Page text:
Although a proportion (as yet undefined) of virtual water will certainly return to the hydrologic cycle, the water consumed in the creation of produce for export in any given year is effectively lost to other uses, including environmental flows and production for the domestic market.

Subject was: Virtual Water Supply

Virtual : Existing in the mind, specially a product of the imagination. (

While the usage of Murray-Darling River water for various agricultural purposes is certainly contentious and debatable and all affected or concerned are unlikely to ever agree on the answers to the problems it seems to me that this report has very little relevence to the debate.

Australia has an embarrassing oversupply of water as many Queenslanders have found this year, it just seems to be in the wrong places at the wrong times. My use of 8,000 virtual litres to buy a pair of leather shoes or 2,400 virtual litres to eat a hamburger or the export of cattle (or minerals or most other products) to China is hardly going to affect anything that this Fair Water Use mob is concerned about.

So - The problem is?
And - The answer is?

On the scale of things I need to apply my mind to this is certainly well down the list and well below the problem of my virtual sex life. If the only answer to a problem is that we need to go back to living in caves, count me out of being part of the solution.

Forget the "virtual sex life" - try some memory stimulants! In Australia, the world's driest inhabited continent, drought punctuates the climate record with disheartening regularity. We are a nation of droughts and flooding rains! Some droughts last for a long time, while other droughts can be short, but cause lots of damage.

Here are some other major droughts that have affected Australia:

* 1864 to 1866 – this drought affected all States in Australia, except Tasmania.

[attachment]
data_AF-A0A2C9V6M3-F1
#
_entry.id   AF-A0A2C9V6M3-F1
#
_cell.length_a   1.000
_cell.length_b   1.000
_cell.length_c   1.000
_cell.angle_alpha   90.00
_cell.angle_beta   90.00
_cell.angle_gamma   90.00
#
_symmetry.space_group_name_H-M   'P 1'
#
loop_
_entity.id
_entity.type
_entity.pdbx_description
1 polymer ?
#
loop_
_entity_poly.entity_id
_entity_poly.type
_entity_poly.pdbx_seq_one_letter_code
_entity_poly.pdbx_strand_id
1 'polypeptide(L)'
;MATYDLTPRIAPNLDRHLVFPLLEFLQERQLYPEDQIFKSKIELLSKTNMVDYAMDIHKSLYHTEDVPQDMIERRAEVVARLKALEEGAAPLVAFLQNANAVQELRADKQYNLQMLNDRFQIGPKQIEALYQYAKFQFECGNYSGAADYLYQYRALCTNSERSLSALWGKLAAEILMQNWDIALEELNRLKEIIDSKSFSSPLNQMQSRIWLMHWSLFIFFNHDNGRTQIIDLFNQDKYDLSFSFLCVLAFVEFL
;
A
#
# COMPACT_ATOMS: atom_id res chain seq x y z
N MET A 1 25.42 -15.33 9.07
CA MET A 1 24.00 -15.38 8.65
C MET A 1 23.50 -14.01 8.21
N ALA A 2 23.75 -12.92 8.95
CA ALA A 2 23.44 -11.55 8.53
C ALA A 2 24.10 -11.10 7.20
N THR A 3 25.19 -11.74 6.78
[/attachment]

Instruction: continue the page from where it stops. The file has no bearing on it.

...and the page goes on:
* 1880 to 1886 – the southern States of Australia were affected, especially along the east of the country.
* 1895 to 1903 – this was one of the most severe droughts in Australia. It caused the death of almost half of all sheep and cattle in the country.
* 1911 to 1916 – 19 million sheep and 2 million cattle died from lack of water.
* 1918 to 1920 – only parts of Western Australia were not affected by drought.
* 1939 to 1945 – nearly 30 million sheep died during this six year drought.
* 1963 to 1968 – this drought destroyed almost half of Australia’s wheat crop and 20 million sheep.
* 1982 to 1983 – this was an intense drought that affected many areas of Australia.
* 1991 to 1995 – a long-term drought that affected rural producers and cost about $5 billion to Australia.
The last drought, or "big Dry", started in 2003 and has only recently broken with flooding.

We need to be reminded at times that we depend on Nature's bounty, and should not assume it, or destroy the ecological basis for our survival and well-being.

Dear friends

We need to talk about water! With a growing population and increasing demand, there is growing competition for an increasingly scarce resource and ever more pressure on our rivers and aquifers.

What can we do? You’re invited to come and join the conversation at Environment Victoria’s Frankston hub, for an evening with me and Yarra Riverkeeper Andrew Kelly. We’ll be exploring ideas, potential solutions and upcoming opportunities to get involved and have your say.

What: Water@theHub, a conversation about our water future

When: 6.00-7.30 pm. Thursday 23 August, nibbles provided

Where: Environment Victoria Frankston hub, 130 Young Street, Frankston

With: Environment Victoria Healthy Rivers campaigner Juliet Le Feuvre and Yarra Riverkeeper Andrew Kelly

I know these issues are important to you because you came to our last Frankston water workshop 18 months ago. Now it’s time to dig deeper and start the hard conversations about what we really need to do.

Please pass this invitation on to others who you think may be interested, and RSVP to me to let me know if you can come.

Hope to see you all at the Hub next week!



Juliet Le Feuvre

Healthy Rivers Campaign Manager

Environment Victoria

Work days: Monday and Tuesday.

DIRECT: (03) 9341 8106 MOBILE: 0428 770 019

RECEPTION: (03) 9341 8100